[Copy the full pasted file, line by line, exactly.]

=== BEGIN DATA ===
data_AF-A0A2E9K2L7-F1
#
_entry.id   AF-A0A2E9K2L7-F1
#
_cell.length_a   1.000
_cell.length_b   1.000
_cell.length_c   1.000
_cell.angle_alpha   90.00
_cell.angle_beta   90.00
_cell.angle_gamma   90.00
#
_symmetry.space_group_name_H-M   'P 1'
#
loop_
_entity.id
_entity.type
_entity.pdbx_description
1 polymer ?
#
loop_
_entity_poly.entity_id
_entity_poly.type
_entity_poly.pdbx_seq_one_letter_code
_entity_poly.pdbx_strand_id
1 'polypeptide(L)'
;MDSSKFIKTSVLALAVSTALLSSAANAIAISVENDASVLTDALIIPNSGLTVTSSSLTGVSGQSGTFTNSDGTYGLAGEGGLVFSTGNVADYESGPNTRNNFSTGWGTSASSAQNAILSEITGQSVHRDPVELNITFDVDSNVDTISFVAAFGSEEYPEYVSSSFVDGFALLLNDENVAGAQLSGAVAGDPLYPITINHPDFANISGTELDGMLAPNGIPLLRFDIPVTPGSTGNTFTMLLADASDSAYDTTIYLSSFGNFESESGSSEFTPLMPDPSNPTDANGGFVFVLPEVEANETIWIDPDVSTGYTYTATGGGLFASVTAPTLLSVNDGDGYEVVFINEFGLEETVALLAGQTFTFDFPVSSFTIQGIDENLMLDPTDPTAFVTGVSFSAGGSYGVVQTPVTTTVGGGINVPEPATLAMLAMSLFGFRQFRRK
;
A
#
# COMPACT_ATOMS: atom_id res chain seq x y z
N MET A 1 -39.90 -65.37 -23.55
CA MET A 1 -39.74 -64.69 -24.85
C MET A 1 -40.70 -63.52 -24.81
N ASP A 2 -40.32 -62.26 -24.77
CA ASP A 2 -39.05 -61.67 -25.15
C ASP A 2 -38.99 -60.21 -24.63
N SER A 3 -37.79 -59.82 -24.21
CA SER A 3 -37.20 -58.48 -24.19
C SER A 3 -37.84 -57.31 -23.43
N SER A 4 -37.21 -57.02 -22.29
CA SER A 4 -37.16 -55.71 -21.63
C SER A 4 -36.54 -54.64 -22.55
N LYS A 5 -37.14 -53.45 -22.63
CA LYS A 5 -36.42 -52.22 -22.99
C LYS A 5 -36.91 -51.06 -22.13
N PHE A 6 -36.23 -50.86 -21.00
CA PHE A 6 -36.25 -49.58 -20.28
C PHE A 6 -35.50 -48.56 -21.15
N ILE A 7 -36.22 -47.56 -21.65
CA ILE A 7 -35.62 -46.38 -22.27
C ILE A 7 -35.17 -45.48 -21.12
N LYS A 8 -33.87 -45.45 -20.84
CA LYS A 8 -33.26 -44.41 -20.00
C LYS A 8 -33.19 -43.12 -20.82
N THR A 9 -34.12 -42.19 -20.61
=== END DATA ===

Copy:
data_AF-A0A2E9K2L7-F1
#
_entry.id   AF-A0A2E9K2L7-F1
#
_cell.length_a   1.000
_cell.length_b   1.000
_cell.length_c   1.000
_cell.angle_alpha   90.00
_cell.angle_beta   90.00
_cell.angle_gamma   90.00
#
_symmetry.space_group_name_H-M   'P 1'
#
loop_
_entity.id
_entity.type
_entity.pdbx_description
1 polymer ?
#
loop_
_entity_poly.entity_id
_entity_poly.type
_entity_poly.pdbx_seq_one_letter_code
_entity_poly.pdbx_strand_id
1 'polypeptide(L)'
;MDSSKFIKTSVLALAVSTALLSSAANAIAISVENDASVLTDALIIPNSGLTVTSSSLTGVSGQSGTFTNSDGTYGLAGEGGLVFSTGNVADYESGPNTRNNFSTGWGTSASSAQNAILSEITGQSVHRDPVELNITFDVDSNVDTISFVAAFGSEEYPEYVSSSFVDGFALLLNDENVAGAQLSGAVAGDPLYPITINHPDFANISGTELDGMLAPNGIPLLRFDIPVTPGSTGNTFTMLLADASDSAYDTTIYLSSFGNFESESGSSEFTPLMPDPSNPTDANGGFVFVLPEVEANETIWIDPDVSTGYTYTATGGGLFASVTAPTLLSVNDGDGYEVVFINEFGLEETVALLAGQTFTFDFPVSSFTIQGIDENLMLDPTDPTAFVTGVSFSAGGSYGVVQTPVTTTVGGGINVPEPATLAMLAMSLFGFRQFRRK
;
A
#
# COMPACT_ATOMS: atom_id res chain seq x y z
N MET A 1 -39.90 -65.37 -23.55
CA MET A 1 -39.74 -64.69 -24.85
C MET A 1 -40.70 -63.52 -24.81
N ASP A 2 -40.32 -62.26 -24.77
CA ASP A 2 -39.05 -61.67 -25.15
C ASP A 2 -38.99 -60.21 -24.63
N SER A 3 -37.79 -59.82 -24.21
CA SER A 3 -37.20 -58.48 -24.19
C SER A 3 -37.84 -57.31 -23.43
N SER A 4 -37.21 -57.02 -22.29
CA SER A 4 -37.16 -55.71 -21.63
C SER A 4 -36.54 -54.64 -22.55
N LYS A 5 -37.14 -53.45 -22.63
CA LYS A 5 -36.42 -52.22 -22.99
C LYS A 5 -36.91 -51.06 -22.13
N PHE A 6 -36.23 -50.86 -21.00
CA PHE A 6 -36.25 -49.58 -20.28
C PHE A 6 -35.50 -48.56 -21.15
N ILE A 7 -36.22 -47.56 -21.65
CA ILE A 7 -35.62 -46.38 -22.27
C ILE A 7 -35.17 -45.48 -21.12
N LYS A 8 -33.87 -45.45 -20.84
CA LYS A 8 -33.26 -44.41 -20.00
C LYS A 8 -33.19 -43.12 -20.82
N THR A 9 -34.12 -42.19 -20.61